Individuals with social anxiety disorder (SAD) typically have elevated depressive symptoms. In the present meta-analysis, we reviewed the treatment outcome literature in SAD and examined whether depressive symptoms predict treatment outcome. We focused on randomized controlled trials of cognitive behavior therapy (individual face-to-face, group format, and internet-delivered format) and randomized controlled trials of pharmacotherapy. After implementing exclusion criteria, 108 studies with 133 treatment conditions (n = 12,913 participants) were included in the meta-analysis. Our findings indicated that treatments for SAD were efficacious and significantly reduced social anxiety symptoms across all treatment modalities. Exclusion of individuals with MDD or high levels of depression did not affect outcome at post-treatment or at follow-up. However, we found that elevated depressive symptoms were associated with greater reductions in social anxiety symptoms from pre-treatment to post-treatment. Importantly, this effect was above and beyond pre-treatment levels of social anxiety. Finally, analyzing treatment modalities separately, we found that depressive symptoms were associated with better post-treatment outcomes in individual face-to-face CBT but not in other modalities. Clinical and research implications of these findings are discussed.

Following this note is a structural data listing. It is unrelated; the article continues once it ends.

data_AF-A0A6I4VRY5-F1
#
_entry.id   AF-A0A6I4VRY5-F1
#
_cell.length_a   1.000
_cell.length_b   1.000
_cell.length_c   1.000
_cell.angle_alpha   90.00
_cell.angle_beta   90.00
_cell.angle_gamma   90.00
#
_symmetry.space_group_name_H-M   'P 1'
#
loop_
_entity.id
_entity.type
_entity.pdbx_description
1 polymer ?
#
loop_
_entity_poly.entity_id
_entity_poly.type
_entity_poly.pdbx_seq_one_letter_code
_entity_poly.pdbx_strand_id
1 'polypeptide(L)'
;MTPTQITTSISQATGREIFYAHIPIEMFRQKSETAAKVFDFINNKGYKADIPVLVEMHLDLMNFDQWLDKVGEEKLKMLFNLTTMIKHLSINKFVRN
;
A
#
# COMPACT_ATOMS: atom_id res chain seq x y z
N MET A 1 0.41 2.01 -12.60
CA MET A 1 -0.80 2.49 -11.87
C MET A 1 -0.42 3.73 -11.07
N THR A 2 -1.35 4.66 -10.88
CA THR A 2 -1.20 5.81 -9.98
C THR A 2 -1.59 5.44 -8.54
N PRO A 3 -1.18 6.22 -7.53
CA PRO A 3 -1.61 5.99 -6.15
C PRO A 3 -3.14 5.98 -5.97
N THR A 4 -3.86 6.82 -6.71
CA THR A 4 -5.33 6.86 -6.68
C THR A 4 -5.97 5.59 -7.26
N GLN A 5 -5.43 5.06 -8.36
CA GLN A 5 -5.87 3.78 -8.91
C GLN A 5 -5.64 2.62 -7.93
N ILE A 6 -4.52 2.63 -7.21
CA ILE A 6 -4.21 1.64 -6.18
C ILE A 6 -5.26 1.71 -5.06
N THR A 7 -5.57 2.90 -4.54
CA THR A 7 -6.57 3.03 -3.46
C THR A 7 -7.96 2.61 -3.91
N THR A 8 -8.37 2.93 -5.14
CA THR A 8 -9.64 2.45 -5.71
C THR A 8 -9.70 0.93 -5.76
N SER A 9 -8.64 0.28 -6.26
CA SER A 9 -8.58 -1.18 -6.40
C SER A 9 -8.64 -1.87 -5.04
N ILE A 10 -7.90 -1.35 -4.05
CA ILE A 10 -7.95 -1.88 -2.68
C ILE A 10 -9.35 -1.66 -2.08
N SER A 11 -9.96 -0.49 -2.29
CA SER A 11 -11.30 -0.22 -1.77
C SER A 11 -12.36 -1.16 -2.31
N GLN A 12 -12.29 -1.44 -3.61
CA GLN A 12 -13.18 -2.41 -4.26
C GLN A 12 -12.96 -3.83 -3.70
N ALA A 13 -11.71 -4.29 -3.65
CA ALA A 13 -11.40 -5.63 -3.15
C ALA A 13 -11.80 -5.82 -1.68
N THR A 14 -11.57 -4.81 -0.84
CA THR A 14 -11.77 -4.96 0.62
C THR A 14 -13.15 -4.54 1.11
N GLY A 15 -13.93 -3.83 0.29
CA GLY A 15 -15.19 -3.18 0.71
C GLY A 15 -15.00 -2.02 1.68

Bibliographical noteFunding Information:
Naama Rozen was supported by the President's Scholarship from the University of Haifa .
© 2020 Elsevier Ltd
- Cognitive behavior therapy
- Social anxiety disorder
ASJC Scopus subject areas
- Clinical Psychology
- Psychiatry and Mental health